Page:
I'm going to try something new, and start posting a tutorial every Tuesday. Fun, eh? This tutorial shows you how to make a beautiful blanket, and comes from the website Homemade Holiday Gifts. Thanks Homemade Holiday Gifts!
"This recycled wool sweater blanket is so much fun to make! The thrill starts with looking for the sweaters at the thrift store [ahem...or shop at Resweater :) ], then builds as you felt the sweaters and finally reaches it's zenith when you can give the quilt away as a gift...unless you plan on keeping this one for yourself (and if that is the case I don't blame you at all!)
This blanket was intended for my brother-in-law and I wanted it to have an interesting look and feel. I was inspired by the look of subway tiles, so I used rectangular pieces and grouped them together in pairs, alternating their orientation. I anchored the blanket with a dark gray trim around the edge.
The blanket should use 5 felted sweaters. I was short one sweater, so I used some wool scarves and a wool skirt to complete the quilt. Everything for this project was found at the thrift store - including the large piece of flannel that I used for the backing. The following information will give you all the help you need regarding finding and felting wool sweaters:
Recycled Wool Sweater Blanket: Finding the Sweaters
Search your local thrift stores [ahem...or shop at Resweater :) ]for wool sweaters. Look at the tags and only buy sweaters that are made from 80% or more wool.
Sweaters made from thin yarn felt up to a lighter weight fabric, whereas those knit from thick yarn felt up to a heavier weight fabric. You want your slippers to be durable, so try to find sweaters that were made with thick yarn.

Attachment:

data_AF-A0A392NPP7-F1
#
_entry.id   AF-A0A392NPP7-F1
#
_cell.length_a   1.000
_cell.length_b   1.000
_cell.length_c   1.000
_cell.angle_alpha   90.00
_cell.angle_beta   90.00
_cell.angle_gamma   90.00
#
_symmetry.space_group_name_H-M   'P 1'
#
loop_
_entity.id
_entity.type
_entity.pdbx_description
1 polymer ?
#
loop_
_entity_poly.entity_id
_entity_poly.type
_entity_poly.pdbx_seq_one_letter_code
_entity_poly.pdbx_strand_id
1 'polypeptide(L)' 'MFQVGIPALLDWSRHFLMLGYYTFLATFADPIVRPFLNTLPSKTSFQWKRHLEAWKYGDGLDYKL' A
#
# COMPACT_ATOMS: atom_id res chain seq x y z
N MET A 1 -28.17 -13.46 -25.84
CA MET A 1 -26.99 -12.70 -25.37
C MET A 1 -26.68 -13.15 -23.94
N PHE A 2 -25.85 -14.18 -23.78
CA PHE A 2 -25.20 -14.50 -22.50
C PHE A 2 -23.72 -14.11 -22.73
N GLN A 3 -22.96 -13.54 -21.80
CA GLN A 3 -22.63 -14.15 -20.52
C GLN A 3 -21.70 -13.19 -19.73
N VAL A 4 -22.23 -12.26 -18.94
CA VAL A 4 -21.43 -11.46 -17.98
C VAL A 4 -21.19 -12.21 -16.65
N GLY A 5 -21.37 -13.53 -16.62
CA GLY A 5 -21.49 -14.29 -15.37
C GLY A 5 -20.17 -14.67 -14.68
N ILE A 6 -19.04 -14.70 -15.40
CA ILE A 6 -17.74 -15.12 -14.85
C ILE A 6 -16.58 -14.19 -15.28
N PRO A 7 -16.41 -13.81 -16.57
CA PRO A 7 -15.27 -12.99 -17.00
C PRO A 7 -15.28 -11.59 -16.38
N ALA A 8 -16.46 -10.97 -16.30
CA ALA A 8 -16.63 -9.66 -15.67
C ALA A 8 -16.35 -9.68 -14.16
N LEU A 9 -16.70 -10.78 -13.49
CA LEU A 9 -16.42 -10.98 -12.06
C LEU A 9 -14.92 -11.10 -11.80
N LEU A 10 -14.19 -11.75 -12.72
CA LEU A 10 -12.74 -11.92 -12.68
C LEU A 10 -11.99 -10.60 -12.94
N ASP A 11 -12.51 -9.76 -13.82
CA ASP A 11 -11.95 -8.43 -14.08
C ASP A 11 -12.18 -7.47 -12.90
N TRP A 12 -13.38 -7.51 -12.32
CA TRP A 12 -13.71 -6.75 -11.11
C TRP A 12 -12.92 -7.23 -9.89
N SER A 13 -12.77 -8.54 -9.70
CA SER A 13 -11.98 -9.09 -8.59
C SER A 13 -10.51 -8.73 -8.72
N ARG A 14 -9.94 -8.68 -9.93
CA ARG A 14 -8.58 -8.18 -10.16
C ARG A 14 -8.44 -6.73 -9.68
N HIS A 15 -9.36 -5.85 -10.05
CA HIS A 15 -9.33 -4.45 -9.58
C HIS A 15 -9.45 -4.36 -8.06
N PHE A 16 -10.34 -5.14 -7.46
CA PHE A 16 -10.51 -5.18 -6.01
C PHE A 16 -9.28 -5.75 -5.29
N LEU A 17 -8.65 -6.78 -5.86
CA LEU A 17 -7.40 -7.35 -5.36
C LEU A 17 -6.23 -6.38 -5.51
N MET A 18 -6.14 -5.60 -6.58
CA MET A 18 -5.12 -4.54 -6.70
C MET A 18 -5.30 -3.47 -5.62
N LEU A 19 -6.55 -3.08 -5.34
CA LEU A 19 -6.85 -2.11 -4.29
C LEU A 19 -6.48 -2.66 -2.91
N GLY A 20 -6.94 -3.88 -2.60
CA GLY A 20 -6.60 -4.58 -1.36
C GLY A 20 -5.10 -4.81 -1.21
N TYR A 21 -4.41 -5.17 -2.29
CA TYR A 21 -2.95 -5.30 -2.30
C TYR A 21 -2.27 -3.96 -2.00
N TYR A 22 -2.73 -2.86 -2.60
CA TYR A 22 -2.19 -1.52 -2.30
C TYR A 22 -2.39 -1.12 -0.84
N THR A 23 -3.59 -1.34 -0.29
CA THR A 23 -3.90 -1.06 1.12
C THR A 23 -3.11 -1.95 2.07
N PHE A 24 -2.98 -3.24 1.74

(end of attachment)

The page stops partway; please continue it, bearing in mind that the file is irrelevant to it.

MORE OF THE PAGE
Recycled Wool Sweater Blanket: Felting the Sweaters
To be technical, we are actually fulling the sweater, but since everyone these days calls it felting, so shall we.
Place 2 or 3 sweaters in the washing machine. If you only have one sweater to felt, throw in a couple pairs of jeans as well so that the sweater has something to rub against...you need lots of friction for felting.
Machine wash the sweater in hot water and let it agitate...I found agitating the sweater for 15 minutes gave the desired effect. Let the washing machine spin out the water and remove the sweater before the rinse cycle begins.
You can then either lay the sweater flat to dry, or you can put it in the dryer. The sweater will continue to felt up in the dryer, so if you don't want anymore felting, it's best to let it air dry.
Recycled Wool Sweater Blanket: Materials
- 5 men's wool sweaters felted
- large piece (54" x 64") of flannelet for backing
- needle and thread
- sewing machine and thread
Recycled Wool Sweater Blanket: Cutting it Out
Cut open your sweaters along the seams like so:
60 - 4 1/2" X 9" rectangles (for the main part of the blanket)
22 - 4 1/2" X 9" rectangles in a darker colour (for the border)
4 - 4 1/2" X 4 1/2" squares in a darker colour (for the corners of the border)